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As this watch was made in 1986 (at least movement was), it would be a tongji after the economic reforms started - but private enterprises were still in their infancy. Was this movement/watch made in one of the state owned factories and up to good old standards, or assembled from dumpster diving by a Hong Kong based company with the legendarily poor finish?
That is a very good question, and something that Saskwatch or AlbertaTime might have more information about; from what I have read, the golden age of the tongji was in the 1970's; production has gotten subsequently worse since then.(per Wikipedia)
China was also hit with the quartz crisis.

Realize that each factory made a version of the tongji. Some were definitely better than others.
The best vintage examples of Standard(tongji) watches include Shanghai, Chunlei (Shanghai), Shuangling (Beijing), Polaris (Yantai) and Xihu (Hangzhou). -source: China Watch Wiki

Also, some factories didn't have to make the tongji. Sea-Gull had the ST5, ZuanShi had the SM1AK ( an incredible movement), and ZhongShan had a 9 jewel SN2 movement, which happens to be my least favorite movement to work on. I have bungled two of those movements trying to get the train wheel bridge and the train of wheels to meet up. Luckily. they are only 25rmb for a new movement, and now I have lots of extra SN2 parts.
 

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...Also, some factories didn't have to make the tongji. Sea-Gull had the ST5, ZuanShi had the SM1AK ( an incredible movement), and ZhongShan had a 9 jewel SN2 movement, which happens to be my least favorite movement to work on.....
While we're talking wristwatch-movement pocket watches, did you know that Zuanshi also used the SM1AK in a pocket watch, and that SN2 movements have been used in Hong Kong assembled pocket watches?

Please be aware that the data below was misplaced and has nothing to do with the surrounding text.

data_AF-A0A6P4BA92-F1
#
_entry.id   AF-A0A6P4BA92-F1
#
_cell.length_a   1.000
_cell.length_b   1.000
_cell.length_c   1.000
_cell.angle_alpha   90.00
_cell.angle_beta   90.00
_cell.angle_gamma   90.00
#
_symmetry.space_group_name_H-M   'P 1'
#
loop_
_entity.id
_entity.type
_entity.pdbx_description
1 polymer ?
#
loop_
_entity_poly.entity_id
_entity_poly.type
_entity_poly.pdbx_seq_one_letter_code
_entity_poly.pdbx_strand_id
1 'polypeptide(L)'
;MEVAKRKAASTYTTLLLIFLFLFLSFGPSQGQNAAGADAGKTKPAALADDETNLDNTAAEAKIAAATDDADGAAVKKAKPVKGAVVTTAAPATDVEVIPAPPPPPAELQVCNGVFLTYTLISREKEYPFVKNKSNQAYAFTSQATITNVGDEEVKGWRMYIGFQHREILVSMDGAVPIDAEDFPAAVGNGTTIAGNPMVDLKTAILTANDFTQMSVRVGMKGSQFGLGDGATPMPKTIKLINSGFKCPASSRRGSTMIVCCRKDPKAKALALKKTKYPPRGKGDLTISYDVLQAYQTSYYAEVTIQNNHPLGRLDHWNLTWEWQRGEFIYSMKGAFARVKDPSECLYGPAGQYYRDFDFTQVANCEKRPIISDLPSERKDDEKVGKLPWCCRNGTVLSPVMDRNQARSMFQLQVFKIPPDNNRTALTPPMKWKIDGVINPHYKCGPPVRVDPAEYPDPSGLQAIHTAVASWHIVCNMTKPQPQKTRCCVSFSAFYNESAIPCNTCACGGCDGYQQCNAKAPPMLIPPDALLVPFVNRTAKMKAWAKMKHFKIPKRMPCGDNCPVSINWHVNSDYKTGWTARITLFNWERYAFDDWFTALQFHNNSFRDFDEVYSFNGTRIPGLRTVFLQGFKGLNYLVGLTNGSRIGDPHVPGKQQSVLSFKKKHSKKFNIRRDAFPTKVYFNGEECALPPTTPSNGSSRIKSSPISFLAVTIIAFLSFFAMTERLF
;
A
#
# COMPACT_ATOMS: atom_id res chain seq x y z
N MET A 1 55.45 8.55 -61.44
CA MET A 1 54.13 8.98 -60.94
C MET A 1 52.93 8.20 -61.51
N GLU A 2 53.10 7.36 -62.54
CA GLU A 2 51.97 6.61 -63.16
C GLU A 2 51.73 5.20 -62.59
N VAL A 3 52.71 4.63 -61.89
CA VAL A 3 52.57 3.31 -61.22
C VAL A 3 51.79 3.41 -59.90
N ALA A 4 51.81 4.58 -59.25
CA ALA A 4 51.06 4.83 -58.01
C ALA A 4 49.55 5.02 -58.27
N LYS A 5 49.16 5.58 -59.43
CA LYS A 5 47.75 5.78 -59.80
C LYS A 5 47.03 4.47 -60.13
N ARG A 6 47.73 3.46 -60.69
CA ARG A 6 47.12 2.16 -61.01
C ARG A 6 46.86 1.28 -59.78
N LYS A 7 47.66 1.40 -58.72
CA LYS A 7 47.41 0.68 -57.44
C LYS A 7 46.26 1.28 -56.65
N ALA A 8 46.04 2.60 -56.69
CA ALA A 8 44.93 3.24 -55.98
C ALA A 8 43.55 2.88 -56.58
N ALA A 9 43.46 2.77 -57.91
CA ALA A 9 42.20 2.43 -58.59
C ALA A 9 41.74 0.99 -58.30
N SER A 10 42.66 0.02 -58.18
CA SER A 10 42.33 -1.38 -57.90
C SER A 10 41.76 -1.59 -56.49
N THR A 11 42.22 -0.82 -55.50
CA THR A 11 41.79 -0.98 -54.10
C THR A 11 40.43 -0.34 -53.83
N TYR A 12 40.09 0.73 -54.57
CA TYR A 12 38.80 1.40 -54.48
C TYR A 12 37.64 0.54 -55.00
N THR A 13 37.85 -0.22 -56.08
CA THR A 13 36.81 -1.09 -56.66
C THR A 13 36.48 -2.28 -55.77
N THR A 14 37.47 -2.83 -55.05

As for the origins of the Valro pocket watch; I'm getting more of a Hong Kong vibe from that. If there are any markings on the case back either inside or outside, that should answer the question.
 

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Discussion Starter #10
While we're talking wristwatch-movement pocket watches, did you know that Zuanshi also used the SM1AK in a pocket watch, and that SN2 movements have been used in Hong Kong assembled pocket watches?

As for the origins of the Valro pocket watch; I'm getting more of a Hong Kong vibe from that. If there are any markings on the case back either inside or outside, that should answer the question.
Negative Chascomm, no markings that I can see.

View attachment 14386069 ZCQ_160655 - Copy.jpg
 

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That is a very good question, and something that Saskwatch or AlbertaTime might have more information about; from what I have read, the golden age of the tongji was in the 1970's; production has gotten subsequently worse since then.(per Wikipedia)
China was also hit with the quartz crisis.

Realize that each factory made a version of the tongji. Some were definitely better than others.
The best vintage examples of Standard(tongji) watches include Shanghai, Chunlei (Shanghai), Shuangling (Beijing), Polaris (Yantai) and Xihu (Hangzhou). -source: China Watch Wiki

Also, some factories didn't have to make the tongji. Sea-Gull had the ST5, ZuanShi had the SM1AK ( an incredible movement), and ZhongShan had a 9 jewel SN2 movement, which happens to be my least favorite movement to work on. I have bungled two of those movements trying to get the train wheel bridge and the train of wheels to meet up. Luckily. they are only 25rmb for a new movement, and now I have lots of extra SN2 parts.